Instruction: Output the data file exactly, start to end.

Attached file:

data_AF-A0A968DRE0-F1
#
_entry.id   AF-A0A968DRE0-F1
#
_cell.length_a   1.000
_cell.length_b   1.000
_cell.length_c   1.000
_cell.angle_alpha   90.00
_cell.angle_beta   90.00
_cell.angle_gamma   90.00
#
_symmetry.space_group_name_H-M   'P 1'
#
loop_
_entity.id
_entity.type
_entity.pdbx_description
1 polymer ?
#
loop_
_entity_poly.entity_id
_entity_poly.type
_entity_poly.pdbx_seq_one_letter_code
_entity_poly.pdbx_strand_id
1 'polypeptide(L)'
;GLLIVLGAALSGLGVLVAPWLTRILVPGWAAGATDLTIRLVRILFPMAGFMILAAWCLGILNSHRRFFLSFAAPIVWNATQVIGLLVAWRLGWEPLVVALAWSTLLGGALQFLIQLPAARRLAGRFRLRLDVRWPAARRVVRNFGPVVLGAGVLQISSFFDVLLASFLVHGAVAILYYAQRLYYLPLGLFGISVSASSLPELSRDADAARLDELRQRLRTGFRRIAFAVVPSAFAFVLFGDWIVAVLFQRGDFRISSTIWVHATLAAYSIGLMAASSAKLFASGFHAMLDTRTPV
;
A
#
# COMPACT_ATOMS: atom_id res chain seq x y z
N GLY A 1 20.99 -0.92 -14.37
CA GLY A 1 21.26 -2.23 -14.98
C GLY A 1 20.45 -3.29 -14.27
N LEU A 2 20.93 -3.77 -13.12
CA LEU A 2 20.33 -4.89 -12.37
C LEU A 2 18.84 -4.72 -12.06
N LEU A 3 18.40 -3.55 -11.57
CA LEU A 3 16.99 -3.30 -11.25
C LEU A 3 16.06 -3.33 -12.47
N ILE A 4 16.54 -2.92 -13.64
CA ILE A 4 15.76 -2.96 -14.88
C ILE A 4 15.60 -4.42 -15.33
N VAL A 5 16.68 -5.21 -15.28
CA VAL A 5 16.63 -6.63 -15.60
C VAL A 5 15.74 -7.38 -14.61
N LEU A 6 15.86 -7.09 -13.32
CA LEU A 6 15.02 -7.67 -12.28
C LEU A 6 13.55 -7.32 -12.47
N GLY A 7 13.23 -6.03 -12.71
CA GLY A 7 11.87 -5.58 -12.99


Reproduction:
data_AF-A0A968DRE0-F1
#
_entry.id   AF-A0A968DRE0-F1
#
_cell.length_a   1.000
_cell.length_b   1.000
_cell.length_c   1.000
_cell.angle_alpha   90.00
_cell.angle_beta   90.00
_cell.angle_gamma   90.00
#
_symmetry.space_group_name_H-M   'P 1'
#
loop_
_entity.id
_entity.type
_entity.pdbx_description
1 polymer ?
#
loop_
_entity_poly.entity_id
_entity_poly.type
_entity_poly.pdbx_seq_one_letter_code
_entity_poly.pdbx_strand_id
1 'polypeptide(L)'
;GLLIVLGAALSGLGVLVAPWLTRILVPGWAAGATDLTIRLVRILFPMAGFMILAAWCLGILNSHRRFFLSFAAPIVWNATQVIGLLVAWRLGWEPLVVALAWSTLLGGALQFLIQLPAARRLAGRFRLRLDVRWPAARRVVRNFGPVVLGAGVLQISSFFDVLLASFLVHGAVAILYYAQRLYYLPLGLFGISVSASSLPELSRDADAARLDELRQRLRTGFRRIAFAVVPSAFAFVLFGDWIVAVLFQRGDFRISSTIWVHATLAAYSIGLMAASSAKLFASGFHAMLDTRTPV
;
A
#
# COMPACT_ATOMS: atom_id res chain seq x y z
N GLY A 1 20.99 -0.92 -14.37
CA GLY A 1 21.26 -2.23 -14.98
C GLY A 1 20.45 -3.29 -14.27
N LEU A 2 20.93 -3.77 -13.12
CA LEU A 2 20.33 -4.89 -12.37
C LEU A 2 18.84 -4.72 -12.06
N LEU A 3 18.40 -3.55 -11.57
CA LEU A 3 16.99 -3.30 -11.25
C LEU A 3 16.06 -3.33 -12.47
N ILE A 4 16.54 -2.92 -13.64
CA ILE A 4 15.76 -2.96 -14.88
C ILE A 4 15.60 -4.42 -15.33
N VAL A 5 16.68 -5.21 -15.28
CA VAL A 5 16.63 -6.63 -15.60
C VAL A 5 15.74 -7.38 -14.61
N LEU A 6 15.86 -7.09 -13.32
CA LEU A 6 15.02 -7.67 -12.28
C LEU A 6 13.55 -7.32 -12.47
N GLY A 7 13.23 -6.03 -12.71
CA GLY A 7 11.87 -5.58 -12.99